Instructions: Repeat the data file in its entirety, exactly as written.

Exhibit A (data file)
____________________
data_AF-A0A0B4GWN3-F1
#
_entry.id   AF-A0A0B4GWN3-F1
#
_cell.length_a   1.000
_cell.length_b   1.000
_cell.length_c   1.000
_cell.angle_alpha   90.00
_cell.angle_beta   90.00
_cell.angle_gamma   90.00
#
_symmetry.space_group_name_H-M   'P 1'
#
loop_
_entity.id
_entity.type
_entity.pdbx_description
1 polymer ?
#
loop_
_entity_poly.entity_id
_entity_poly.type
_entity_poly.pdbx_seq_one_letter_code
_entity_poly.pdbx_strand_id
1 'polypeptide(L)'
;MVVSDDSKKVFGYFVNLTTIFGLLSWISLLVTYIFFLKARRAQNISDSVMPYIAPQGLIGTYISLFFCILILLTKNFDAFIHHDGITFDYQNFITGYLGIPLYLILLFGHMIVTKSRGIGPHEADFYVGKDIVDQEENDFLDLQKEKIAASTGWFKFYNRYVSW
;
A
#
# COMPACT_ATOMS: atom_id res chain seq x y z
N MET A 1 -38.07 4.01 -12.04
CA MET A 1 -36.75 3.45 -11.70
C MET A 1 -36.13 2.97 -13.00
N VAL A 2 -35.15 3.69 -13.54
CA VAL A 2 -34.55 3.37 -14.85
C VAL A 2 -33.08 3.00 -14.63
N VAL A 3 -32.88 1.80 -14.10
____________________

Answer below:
data_AF-A0A0B4GWN3-F1
#
_entry.id   AF-A0A0B4GWN3-F1
#
_cell.length_a   1.000
_cell.length_b   1.000
_cell.length_c   1.000
_cell.angle_alpha   90.00
_cell.angle_beta   90.00
_cell.angle_gamma   90.00
#
_symmetry.space_group_name_H-M   'P 1'
#
loop_
_entity.id
_entity.type
_entity.pdbx_description
1 polymer ?
#
loop_
_entity_poly.entity_id
_entity_poly.type
_entity_poly.pdbx_seq_one_letter_code
_entity_poly.pdbx_strand_id
1 'polypeptide(L)'
;MVVSDDSKKVFGYFVNLTTIFGLLSWISLLVTYIFFLKARRAQNISDSVMPYIAPQGLIGTYISLFFCILILLTKNFDAFIHHDGITFDYQNFITGYLGIPLYLILLFGHMIVTKSRGIGPHEADFYVGKDIVDQEENDFLDLQKEKIAASTGWFKFYNRYVSW
;
A
#
# COMPACT_ATOMS: atom_id res chain seq x y z
N MET A 1 -38.07 4.01 -12.04
CA MET A 1 -36.75 3.45 -11.70
C MET A 1 -36.13 2.97 -13.00
N VAL A 2 -35.15 3.69 -13.54
CA VAL A 2 -34.55 3.37 -14.85
C VAL A 2 -33.08 3.00 -14.63
N VAL A 3 -32.88 1.80 -14.10